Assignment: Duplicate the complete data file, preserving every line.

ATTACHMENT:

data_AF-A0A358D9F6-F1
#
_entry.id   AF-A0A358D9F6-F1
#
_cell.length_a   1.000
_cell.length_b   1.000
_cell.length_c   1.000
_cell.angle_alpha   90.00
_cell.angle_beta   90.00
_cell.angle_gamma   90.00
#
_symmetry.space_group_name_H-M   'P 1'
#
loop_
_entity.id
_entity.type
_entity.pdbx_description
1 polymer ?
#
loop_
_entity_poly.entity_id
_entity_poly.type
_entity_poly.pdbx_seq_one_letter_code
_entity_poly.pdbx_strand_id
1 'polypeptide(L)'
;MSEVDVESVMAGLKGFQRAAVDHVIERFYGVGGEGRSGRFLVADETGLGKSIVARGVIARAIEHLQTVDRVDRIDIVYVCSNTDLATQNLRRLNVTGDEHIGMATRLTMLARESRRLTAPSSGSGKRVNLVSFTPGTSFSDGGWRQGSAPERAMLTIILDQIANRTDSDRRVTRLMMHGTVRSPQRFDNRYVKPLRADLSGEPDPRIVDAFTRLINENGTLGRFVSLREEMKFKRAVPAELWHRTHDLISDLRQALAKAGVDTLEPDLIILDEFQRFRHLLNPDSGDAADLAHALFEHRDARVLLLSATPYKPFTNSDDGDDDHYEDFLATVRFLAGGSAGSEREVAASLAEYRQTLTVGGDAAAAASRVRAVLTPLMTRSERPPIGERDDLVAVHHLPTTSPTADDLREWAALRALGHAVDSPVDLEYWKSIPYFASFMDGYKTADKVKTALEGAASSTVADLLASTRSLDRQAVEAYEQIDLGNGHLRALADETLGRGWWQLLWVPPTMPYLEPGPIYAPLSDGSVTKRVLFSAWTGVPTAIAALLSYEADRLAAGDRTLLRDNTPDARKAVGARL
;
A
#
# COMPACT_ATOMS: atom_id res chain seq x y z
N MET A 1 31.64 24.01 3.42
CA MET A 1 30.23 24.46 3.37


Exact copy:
data_AF-A0A358D9F6-F1
#
_entry.id   AF-A0A358D9F6-F1
#
_cell.length_a   1.000
_cell.length_b   1.000
_cell.length_c   1.000
_cell.angle_alpha   90.00
_cell.angle_beta   90.00
_cell.angle_gamma   90.00
#
_symmetry.space_group_name_H-M   'P 1'
#
loop_
_entity.id
_entity.type
_entity.pdbx_description
1 polymer ?
#
loop_
_entity_poly.entity_id
_entity_poly.type
_entity_poly.pdbx_seq_one_letter_code
_entity_poly.pdbx_strand_id
1 'polypeptide(L)'
;MSEVDVESVMAGLKGFQRAAVDHVIERFYGVGGEGRSGRFLVADETGLGKSIVARGVIARAIEHLQTVDRVDRIDIVYVCSNTDLATQNLRRLNVTGDEHIGMATRLTMLARESRRLTAPSSGSGKRVNLVSFTPGTSFSDGGWRQGSAPERAMLTIILDQIANRTDSDRRVTRLMMHGTVRSPQRFDNRYVKPLRADLSGEPDPRIVDAFTRLINENGTLGRFVSLREEMKFKRAVPAELWHRTHDLISDLRQALAKAGVDTLEPDLIILDEFQRFRHLLNPDSGDAADLAHALFEHRDARVLLLSATPYKPFTNSDDGDDDHYEDFLATVRFLAGGSAGSEREVAASLAEYRQTLTVGGDAAAAASRVRAVLTPLMTRSERPPIGERDDLVAVHHLPTTSPTADDLREWAALRALGHAVDSPVDLEYWKSIPYFASFMDGYKTADKVKTALEGAASSTVADLLASTRSLDRQAVEAYEQIDLGNGHLRALADETLGRGWWQLLWVPPTMPYLEPGPIYAPLSDGSVTKRVLFSAWTGVPTAIAALLSYEADRLAAGDRTLLRDNTPDARKAVGARL
;
A
#
# COMPACT_ATOMS: atom_id res chain seq x y z
N MET A 1 31.64 24.01 3.42
CA MET A 1 30.23 24.46 3.37